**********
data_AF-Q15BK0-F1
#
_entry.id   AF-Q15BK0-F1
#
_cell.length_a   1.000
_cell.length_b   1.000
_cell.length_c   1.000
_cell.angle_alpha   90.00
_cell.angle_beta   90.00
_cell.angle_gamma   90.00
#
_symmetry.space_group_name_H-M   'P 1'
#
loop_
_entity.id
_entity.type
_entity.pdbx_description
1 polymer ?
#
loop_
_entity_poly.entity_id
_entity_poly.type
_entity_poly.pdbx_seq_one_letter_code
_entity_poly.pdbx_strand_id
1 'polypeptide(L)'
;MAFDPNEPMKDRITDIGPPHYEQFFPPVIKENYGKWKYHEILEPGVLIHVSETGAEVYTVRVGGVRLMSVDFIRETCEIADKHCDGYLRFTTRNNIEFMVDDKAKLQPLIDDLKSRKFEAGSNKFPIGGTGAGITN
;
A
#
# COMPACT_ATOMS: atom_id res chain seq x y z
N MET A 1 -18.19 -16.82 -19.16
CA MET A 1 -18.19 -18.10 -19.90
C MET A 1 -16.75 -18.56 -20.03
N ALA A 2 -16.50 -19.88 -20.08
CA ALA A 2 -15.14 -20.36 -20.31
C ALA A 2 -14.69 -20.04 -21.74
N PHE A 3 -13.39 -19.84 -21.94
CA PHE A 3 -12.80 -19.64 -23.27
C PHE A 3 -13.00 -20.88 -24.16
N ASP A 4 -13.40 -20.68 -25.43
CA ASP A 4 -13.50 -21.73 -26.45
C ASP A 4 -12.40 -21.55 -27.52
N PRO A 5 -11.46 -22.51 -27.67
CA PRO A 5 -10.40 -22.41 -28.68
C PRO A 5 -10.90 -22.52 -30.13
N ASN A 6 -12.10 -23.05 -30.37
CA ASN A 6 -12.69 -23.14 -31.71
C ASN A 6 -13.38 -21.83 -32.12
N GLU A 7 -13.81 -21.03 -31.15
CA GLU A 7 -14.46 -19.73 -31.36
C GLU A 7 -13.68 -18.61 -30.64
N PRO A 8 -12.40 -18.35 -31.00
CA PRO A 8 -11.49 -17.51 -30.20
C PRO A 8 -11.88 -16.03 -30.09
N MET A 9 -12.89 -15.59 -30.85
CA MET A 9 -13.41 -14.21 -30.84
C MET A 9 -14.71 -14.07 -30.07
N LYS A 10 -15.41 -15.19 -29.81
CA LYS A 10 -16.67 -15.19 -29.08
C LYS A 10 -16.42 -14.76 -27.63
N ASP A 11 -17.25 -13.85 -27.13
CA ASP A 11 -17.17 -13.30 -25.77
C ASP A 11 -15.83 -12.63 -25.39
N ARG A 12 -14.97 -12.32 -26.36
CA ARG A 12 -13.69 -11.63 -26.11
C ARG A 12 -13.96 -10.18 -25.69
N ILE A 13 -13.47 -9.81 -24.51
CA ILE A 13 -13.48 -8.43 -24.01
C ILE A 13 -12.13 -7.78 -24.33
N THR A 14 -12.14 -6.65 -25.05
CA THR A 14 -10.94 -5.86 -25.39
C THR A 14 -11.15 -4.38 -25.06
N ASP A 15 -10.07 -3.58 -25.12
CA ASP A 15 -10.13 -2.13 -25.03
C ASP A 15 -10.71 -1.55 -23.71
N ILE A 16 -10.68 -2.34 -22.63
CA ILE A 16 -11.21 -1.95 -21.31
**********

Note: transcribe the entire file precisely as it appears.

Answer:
data_AF-Q15BK0-F1
#
_entry.id   AF-Q15BK0-F1
#
_cell.length_a   1.000
_cell.length_b   1.000
_cell.length_c   1.000
_cell.angle_alpha   90.00
_cell.angle_beta   90.00
_cell.angle_gamma   90.00
#
_symmetry.space_group_name_H-M   'P 1'
#
loop_
_entity.id
_entity.type
_entity.pdbx_description
1 polymer ?
#
loop_
_entity_poly.entity_id
_entity_poly.type
_entity_poly.pdbx_seq_one_letter_code
_entity_poly.pdbx_strand_id
1 'polypeptide(L)'
;MAFDPNEPMKDRITDIGPPHYEQFFPPVIKENYGKWKYHEILEPGVLIHVSETGAEVYTVRVGGVRLMSVDFIRETCEIADKHCDGYLRFTTRNNIEFMVDDKAKLQPLIDDLKSRKFEAGSNKFPIGGTGAGITN
;
A
#
# COMPACT_ATOMS: atom_id res chain seq x y z
N MET A 1 -18.19 -16.82 -19.16
CA MET A 1 -18.19 -18.10 -19.90
C MET A 1 -16.75 -18.56 -20.03
N ALA A 2 -16.50 -19.88 -20.08
CA ALA A 2 -15.14 -20.36 -20.31
C ALA A 2 -14.69 -20.04 -21.74
N PHE A 3 -13.39 -19.84 -21.94
CA PHE A 3 -12.80 -19.64 -23.27
C PHE A 3 -13.00 -20.88 -24.16
N ASP A 4 -13.40 -20.68 -25.43
CA ASP A 4 -13.50 -21.73 -26.45
C ASP A 4 -12.40 -21.55 -27.52
N PRO A 5 -11.46 -22.51 -27.67
CA PRO A 5 -10.40 -22.41 -28.68
C PRO A 5 -10.90 -22.52 -30.13
N ASN A 6 -12.10 -23.05 -30.37
CA ASN A 6 -12.69 -23.14 -31.71
C ASN A 6 -13.38 -21.83 -32.12
N GLU A 7 -13.81 -21.03 -31.15
CA GLU A 7 -14.46 -19.73 -31.36
C GLU A 7 -13.68 -18.61 -30.64
N PRO A 8 -12.40 -18.35 -31.00
CA PRO A 8 -11.49 -17.51 -30.20
C PRO A 8 -11.88 -16.03 -30.09
N MET A 9 -12.89 -15.59 -30.85
CA MET A 9 -13.41 -14.21 -30.84
C MET A 9 -14.71 -14.07 -30.07
N LYS A 10 -15.41 -15.19 -29.81
CA LYS A 10 -16.67 -15.19 -29.08
C LYS A 10 -16.42 -14.76 -27.63
N ASP A 11 -17.25 -13.85 -27.13
CA ASP A 11 -17.17 -13.30 -25.77
C ASP A 11 -15.83 -12.63 -25.39
N ARG A 12 -14.97 -12.32 -26.36
CA ARG A 12 -13.69 -11.63 -26.11
C ARG A 12 -13.96 -10.18 -25.69
N ILE A 13 -13.47 -9.81 -24.51
CA ILE A 13 -13.48 -8.43 -24.01
C ILE A 13 -12.13 -7.78 -24.33
N THR A 14 -12.14 -6.65 -25.05
CA THR A 14 -10.94 -5.86 -25.39
C THR A 14 -11.15 -4.38 -25.06
N ASP A 15 -10.07 -3.58 -25.12
CA ASP A 15 -10.13 -2.13 -25.03
C ASP A 15 -10.71 -1.55 -23.71
N ILE A 16 -10.68 -2.34 -22.63
CA ILE A 16 -11.21 -1.95 -21.31